Under the sign of postmodernism, the hermeneutics of depth have been replaced by the play of surfaces, and the flat celebrity has superseded the complicated historical figure. In his magisterial Postmodernism, Fredric Jameson commented on the shift between the deep subjectivity represented in the modernist novel and the postmodern "death of the subject." "This new order," Jameson writes, "no longer needs prophets or seers of the high modernist and charismatic type, whether among its cultural producers, or its politicians. Such figures no longer hold any charm or magic for the subjects of a corporate, collectivized, post-individualistic age."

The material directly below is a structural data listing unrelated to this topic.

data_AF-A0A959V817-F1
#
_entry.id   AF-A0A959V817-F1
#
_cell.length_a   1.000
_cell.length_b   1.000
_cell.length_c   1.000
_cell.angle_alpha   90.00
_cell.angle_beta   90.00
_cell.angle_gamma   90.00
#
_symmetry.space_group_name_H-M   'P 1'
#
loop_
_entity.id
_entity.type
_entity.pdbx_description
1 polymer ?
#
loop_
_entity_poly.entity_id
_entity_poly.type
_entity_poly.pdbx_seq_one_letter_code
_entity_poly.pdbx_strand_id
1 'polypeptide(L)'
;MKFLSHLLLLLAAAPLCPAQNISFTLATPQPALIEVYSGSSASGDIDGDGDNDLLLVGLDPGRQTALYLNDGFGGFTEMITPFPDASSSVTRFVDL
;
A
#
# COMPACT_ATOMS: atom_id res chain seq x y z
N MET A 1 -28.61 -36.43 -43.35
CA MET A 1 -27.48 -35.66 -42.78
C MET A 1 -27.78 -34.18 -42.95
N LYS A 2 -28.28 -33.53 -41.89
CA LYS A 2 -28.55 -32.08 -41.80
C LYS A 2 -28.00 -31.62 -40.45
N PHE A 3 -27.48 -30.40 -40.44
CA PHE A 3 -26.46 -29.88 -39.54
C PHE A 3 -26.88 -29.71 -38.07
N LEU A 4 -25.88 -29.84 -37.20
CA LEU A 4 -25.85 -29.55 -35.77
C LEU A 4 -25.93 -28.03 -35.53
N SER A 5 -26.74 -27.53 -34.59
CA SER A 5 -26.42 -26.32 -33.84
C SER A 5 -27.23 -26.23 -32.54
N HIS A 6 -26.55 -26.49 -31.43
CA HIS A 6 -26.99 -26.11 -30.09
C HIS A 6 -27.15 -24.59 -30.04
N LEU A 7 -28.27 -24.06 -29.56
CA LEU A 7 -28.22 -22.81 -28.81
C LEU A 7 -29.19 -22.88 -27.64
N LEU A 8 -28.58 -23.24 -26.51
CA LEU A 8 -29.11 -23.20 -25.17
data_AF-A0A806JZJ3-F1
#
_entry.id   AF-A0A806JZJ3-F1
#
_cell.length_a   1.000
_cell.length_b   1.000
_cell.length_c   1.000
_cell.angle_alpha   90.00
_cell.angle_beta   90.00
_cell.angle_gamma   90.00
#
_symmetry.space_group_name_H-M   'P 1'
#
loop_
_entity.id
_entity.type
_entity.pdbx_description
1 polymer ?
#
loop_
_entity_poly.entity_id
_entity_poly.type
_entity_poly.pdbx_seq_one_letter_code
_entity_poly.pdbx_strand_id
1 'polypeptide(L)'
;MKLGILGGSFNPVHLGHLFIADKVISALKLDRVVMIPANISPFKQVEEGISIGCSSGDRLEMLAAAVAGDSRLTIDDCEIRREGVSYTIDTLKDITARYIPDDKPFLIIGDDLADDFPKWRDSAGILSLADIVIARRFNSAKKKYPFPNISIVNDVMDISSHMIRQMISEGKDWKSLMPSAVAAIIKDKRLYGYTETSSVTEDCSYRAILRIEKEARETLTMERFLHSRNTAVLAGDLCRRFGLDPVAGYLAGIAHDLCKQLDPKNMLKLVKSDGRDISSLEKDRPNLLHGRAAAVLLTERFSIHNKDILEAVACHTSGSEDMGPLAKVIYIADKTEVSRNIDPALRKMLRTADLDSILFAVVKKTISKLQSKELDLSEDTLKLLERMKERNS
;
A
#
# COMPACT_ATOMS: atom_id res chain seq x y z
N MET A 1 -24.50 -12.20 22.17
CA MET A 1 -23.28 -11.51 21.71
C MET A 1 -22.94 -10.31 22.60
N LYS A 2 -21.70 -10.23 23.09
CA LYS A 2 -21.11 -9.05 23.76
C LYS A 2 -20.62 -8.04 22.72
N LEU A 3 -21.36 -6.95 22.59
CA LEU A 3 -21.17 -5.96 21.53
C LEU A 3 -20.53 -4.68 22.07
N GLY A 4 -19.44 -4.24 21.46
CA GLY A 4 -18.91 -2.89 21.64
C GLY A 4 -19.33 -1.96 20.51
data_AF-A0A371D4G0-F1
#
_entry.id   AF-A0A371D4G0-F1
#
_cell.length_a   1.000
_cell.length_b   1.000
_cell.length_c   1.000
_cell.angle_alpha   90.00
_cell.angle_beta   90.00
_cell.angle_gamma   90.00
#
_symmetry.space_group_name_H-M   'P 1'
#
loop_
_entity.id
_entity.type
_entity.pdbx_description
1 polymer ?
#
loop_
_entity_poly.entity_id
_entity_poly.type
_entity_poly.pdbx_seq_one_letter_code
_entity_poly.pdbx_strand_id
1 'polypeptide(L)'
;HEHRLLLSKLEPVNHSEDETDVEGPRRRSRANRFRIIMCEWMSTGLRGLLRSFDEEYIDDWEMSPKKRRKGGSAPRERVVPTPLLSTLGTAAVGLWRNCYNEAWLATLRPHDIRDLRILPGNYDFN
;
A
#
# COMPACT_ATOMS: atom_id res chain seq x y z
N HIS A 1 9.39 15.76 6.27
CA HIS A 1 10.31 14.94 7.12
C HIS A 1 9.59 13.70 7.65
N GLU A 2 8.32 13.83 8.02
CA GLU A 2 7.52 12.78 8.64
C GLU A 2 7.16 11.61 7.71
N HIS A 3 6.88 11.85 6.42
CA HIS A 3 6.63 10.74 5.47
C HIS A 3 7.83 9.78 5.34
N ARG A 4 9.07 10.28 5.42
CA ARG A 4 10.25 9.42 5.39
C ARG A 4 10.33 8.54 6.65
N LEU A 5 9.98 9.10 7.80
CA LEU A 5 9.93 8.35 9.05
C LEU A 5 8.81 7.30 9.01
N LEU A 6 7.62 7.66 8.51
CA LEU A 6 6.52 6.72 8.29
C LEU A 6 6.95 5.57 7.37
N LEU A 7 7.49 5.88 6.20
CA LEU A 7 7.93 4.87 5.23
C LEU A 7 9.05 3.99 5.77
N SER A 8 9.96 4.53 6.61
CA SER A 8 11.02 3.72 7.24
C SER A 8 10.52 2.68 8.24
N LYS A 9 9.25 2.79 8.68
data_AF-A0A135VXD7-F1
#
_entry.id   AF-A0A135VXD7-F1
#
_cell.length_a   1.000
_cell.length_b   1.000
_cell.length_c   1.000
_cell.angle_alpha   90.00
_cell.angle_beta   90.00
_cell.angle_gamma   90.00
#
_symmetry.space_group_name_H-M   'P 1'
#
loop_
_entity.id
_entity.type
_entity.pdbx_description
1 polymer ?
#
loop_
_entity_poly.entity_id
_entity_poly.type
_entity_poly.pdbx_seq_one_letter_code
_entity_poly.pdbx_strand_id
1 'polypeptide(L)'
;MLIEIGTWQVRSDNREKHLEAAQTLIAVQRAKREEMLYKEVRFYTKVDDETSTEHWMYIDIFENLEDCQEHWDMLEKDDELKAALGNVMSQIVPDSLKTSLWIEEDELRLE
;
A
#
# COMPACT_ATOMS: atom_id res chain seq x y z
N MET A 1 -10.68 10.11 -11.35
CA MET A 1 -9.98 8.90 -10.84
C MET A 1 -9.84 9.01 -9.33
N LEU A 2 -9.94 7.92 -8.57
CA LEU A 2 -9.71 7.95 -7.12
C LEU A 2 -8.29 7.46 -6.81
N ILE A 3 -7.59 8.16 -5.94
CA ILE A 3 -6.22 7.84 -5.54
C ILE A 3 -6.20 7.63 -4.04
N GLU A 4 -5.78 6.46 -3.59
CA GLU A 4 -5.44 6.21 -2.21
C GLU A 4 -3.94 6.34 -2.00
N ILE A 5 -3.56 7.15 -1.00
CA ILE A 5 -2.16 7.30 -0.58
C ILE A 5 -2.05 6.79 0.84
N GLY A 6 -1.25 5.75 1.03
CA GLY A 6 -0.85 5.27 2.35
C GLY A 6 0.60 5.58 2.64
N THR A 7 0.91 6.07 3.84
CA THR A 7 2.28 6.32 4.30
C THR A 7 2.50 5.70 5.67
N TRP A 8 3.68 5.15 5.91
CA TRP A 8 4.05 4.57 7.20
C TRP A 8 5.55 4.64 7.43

This, in itself, would not be so concerning if not for the parallel tendencies, recent in my view, to penalize those who can perceive the complex and therefore profit by it. Hamilton supposes that, "perhaps, a complex, three-dimensional personality, full of contradictions, corners, and real history is difficult to reduce to a flat surface." If this is so, and unlike Hamilton, I am far less worried about the impact on various political leaders whose power is, to my way of thinking, threatened by irrelevancy, but rather on the figureheads of capitalist endeavors. To the extent these actors are successful in the market and attract resources with which to augment their influence in the pricing of assets, the banality of flat surfaces (oil company greed and conspiracy being responsible for price fluctuations in gasoline for instance) might be repelled. But what if these same actors who bring rationality into the equation are routinely vilified and attacked by a society that casts confused and envious eyes in their three dimensional direction? This, perhaps, goes some way towards explaining my puzzlement after the very conflicted attitudes towards capitalism that make the likes of Mark Cuban a folk hero. Hamilton illuminates this, inadvertently I think: